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Profile: Joseph James Westfall (University of Houston-Downtown)
  1. Joseph Westfall (forthcoming). Kierkegaard and the Ingenious Creature: Authorial Unity and Co-Authorship in On My Work as an Author. Kierkegaard Studies Yearbook.
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  2. Joseph Westfall (2013). Saving Abraham. Philosophy Today 48 (3):276-287.
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  3. Joseph Westfall (2012). Kierkegaard and Intentionally Fictional Authors. Philosophy Today 56 (3):343-354.
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  4. Joseph Westfall (2009). Ironic Midwives: Socratic Maieutics in Nietzsche and Kierkegaard. Philosophy and Social Criticism 35 (6):627-648.
    In this article, I argue that despite their philosophical differences, Nietzsche and Kierkegaard share a philosophical method or style rooted in the irony of Socrates. Such irony, when used to distance the author of a written work from its reader, effects the same sort of relationship between the author and the truth as was characteristic of Socrates. Thus, by way of writing in a certain, artful way, both Kierkegaard and Nietzsche are able to pull away from their readers, depriving themselves (...)
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  5. Joseph Westfall & Niels Jørgen (2009). Edward F. Mooney. Philosophy and Social Criticism 35 (7):869-882.
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  6. Joseph Westfall (2006). “A Very Poetic Person in a Poem”. Kierkegaard Studies Yearbook 2006 (1).
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  7. Joseph Westfall (2005). Denial and Overcoming in Nietzsche's Zarathustra I: Teaching the Übermensch. New Nietzsche Studies 6 (3/4/1/2):35-51.
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  8. Joseph Westfall (2005). Denial and Overcoming in Nietzsche's Zarathustra I. New Nietzsche Studies 6 (3/4/1/2):35-51.
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  9. Joseph Westfall (2004). Saving Abraham: Johannes de Silentio and the Demonic Paradox. Philosophy Today 48 (3):276-287.
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  10. Joseph Westfall (2004). Zarathustra's Germanity: Luther, Goethe, Nietzsche. Journal of Nietzsche Studies 27 (1):42-63.
  11. Joseph Westfall (2003). Nietzsche and the Approach of Tragedy. International Philosophical Quarterly 43 (3):333-350.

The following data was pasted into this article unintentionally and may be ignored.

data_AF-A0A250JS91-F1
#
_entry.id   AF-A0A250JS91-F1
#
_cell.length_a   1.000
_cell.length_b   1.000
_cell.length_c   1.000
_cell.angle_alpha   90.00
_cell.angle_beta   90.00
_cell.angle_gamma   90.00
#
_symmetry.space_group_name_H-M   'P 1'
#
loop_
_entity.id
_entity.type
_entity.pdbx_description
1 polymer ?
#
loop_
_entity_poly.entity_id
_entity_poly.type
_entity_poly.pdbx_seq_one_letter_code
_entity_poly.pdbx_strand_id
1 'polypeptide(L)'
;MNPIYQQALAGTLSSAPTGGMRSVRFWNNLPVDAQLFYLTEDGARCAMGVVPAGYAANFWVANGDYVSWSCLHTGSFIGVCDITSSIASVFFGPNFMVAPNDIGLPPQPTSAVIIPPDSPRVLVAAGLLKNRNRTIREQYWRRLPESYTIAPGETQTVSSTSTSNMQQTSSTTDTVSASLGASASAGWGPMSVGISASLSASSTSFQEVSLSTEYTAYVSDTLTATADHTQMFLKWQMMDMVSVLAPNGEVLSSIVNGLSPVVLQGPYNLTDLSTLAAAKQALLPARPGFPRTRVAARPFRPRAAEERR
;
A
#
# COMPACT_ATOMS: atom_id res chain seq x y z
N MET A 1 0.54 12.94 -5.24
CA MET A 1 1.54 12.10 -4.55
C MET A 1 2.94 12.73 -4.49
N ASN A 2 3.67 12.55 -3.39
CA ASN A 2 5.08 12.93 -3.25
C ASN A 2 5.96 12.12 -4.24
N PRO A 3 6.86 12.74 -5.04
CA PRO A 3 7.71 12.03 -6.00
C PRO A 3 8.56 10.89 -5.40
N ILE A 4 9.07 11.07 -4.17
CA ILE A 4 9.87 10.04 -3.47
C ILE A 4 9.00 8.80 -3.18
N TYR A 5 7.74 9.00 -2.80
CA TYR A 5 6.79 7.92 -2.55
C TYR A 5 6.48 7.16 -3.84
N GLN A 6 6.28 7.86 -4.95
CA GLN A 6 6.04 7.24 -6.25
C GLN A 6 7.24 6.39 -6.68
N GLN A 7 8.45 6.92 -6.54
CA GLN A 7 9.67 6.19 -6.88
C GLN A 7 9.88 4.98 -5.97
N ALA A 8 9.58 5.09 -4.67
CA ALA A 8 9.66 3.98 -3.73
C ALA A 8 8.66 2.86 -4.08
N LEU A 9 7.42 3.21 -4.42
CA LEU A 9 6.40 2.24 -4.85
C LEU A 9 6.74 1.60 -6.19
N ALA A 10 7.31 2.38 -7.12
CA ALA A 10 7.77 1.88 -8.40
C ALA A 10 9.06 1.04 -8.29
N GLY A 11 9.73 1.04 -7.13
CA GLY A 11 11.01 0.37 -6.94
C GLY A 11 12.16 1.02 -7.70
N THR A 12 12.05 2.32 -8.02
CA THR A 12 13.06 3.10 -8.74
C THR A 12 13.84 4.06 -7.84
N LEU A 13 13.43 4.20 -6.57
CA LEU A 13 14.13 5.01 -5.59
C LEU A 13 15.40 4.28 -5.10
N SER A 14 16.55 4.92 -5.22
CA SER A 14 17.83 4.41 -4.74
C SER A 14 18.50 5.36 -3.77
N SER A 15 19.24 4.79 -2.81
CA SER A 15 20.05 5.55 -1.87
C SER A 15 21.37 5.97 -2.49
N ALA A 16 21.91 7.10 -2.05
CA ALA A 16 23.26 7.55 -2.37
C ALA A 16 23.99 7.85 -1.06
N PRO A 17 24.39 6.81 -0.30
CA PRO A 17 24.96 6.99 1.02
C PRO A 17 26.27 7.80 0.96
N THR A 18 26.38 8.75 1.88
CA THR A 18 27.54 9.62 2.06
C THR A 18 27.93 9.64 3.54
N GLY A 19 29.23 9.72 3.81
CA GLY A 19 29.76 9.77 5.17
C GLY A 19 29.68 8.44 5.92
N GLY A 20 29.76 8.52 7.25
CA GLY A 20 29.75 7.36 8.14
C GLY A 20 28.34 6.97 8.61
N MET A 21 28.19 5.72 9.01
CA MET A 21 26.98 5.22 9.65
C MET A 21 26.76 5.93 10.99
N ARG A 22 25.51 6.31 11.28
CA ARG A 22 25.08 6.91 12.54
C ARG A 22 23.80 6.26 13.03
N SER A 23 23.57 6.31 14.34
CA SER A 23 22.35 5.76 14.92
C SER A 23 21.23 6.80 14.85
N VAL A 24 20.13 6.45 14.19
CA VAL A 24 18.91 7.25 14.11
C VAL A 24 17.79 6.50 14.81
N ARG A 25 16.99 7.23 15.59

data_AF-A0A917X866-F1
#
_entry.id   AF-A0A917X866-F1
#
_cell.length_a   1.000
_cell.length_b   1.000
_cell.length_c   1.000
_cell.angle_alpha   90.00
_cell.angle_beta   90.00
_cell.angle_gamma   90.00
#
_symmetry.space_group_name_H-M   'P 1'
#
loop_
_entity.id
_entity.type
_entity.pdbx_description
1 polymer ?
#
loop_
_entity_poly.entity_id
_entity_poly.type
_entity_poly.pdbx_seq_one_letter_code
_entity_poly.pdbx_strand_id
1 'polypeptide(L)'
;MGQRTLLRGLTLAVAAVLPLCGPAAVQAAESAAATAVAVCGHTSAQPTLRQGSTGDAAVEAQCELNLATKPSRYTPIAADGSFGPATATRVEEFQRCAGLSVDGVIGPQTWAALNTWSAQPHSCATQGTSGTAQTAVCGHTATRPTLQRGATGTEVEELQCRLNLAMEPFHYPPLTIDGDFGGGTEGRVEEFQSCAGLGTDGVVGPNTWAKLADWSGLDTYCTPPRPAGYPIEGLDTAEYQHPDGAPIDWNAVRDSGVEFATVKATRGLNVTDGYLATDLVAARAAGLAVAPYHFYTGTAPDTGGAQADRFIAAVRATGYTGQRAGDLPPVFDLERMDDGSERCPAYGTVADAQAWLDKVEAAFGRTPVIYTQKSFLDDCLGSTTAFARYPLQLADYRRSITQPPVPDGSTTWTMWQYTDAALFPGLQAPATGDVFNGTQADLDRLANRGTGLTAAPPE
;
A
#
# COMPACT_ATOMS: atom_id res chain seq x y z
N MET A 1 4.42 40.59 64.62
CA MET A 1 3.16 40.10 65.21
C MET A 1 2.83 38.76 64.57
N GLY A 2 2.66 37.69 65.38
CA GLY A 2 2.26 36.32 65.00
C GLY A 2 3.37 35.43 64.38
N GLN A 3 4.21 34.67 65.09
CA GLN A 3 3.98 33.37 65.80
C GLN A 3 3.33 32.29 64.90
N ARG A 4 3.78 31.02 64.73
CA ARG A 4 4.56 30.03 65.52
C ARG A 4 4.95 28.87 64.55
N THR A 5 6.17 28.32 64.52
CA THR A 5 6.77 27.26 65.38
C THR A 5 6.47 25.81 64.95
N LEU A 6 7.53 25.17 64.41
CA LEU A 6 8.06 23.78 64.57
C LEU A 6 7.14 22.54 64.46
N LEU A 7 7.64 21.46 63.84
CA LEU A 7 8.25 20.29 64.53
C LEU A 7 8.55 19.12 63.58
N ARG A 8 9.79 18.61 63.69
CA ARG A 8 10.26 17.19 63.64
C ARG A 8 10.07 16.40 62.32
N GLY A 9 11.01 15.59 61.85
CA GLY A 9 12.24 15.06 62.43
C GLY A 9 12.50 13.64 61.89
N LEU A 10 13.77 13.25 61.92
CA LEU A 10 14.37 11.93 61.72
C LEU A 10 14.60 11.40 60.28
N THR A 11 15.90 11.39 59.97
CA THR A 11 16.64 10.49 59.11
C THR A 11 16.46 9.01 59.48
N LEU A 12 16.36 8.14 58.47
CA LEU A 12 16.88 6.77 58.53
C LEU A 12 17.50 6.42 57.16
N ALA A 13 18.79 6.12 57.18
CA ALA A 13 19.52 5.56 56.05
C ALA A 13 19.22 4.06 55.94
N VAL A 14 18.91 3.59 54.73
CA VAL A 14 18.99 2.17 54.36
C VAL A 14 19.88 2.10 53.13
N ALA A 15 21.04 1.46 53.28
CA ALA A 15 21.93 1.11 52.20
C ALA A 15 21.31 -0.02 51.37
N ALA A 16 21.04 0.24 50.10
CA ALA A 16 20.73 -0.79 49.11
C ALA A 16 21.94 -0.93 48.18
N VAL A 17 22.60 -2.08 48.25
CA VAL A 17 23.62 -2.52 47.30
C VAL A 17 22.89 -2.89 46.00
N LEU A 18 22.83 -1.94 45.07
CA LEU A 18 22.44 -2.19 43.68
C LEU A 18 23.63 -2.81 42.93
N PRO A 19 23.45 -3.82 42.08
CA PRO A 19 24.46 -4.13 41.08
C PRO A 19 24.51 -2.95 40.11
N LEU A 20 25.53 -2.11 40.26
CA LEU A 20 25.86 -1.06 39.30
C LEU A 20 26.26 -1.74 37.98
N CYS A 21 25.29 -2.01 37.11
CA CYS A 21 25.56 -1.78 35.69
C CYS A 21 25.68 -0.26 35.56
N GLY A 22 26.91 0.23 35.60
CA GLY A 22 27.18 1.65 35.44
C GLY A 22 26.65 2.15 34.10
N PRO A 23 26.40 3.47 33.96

In a small portion of The Origin of German Tragic Drama, Walter Benjamin engages in a critique of Nietzsche’s understanding of tragedy in The Birth of Tragedy. He argues that Nietzsche’s account divests individuals of significance in the tragic worldview. The corrective to Nietzsche’s view, according to Benjamin, is a reflective, historical approach to the Greek social and literary phenomenon of tragic poetry. I argue that Benjamin’s approach to tragedy and to The Birth of Tragedy is inherently flawed. The paper (...)
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  12. Joseph Westfall (2001). ¿ Qué es la cibermujer? El Segundo Sexo en el ciberespacio. Studium 41 (2):311-326.
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  13. Joseph Westfall (2000). What is Cyberwoman?: The Second Sex in Cyberspace. [REVIEW] Ethics and Information Technology 2 (3):159-166.
    In this paper I wish to show that, although traditional notions of genderand sex break down in cyberspace, a revised Beauvoirian understanding ofsexual secondariness is applicable and useful in coming to terms with thepossible ethical and philosophical ramifications of this relatively newcommunication medium. To this end, I argue that persons who enter intocommunication in online chat rooms necessarily deny the bodily aspectsof their own identity. In so doing, these persons make themselvesinessential, or secondary, in Beauvior's sense. For Beauvoir, this isa (...)
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  14. Joseph Westfall (1999). Cybersmut1. Business and Society Review 102 (1):89-94.
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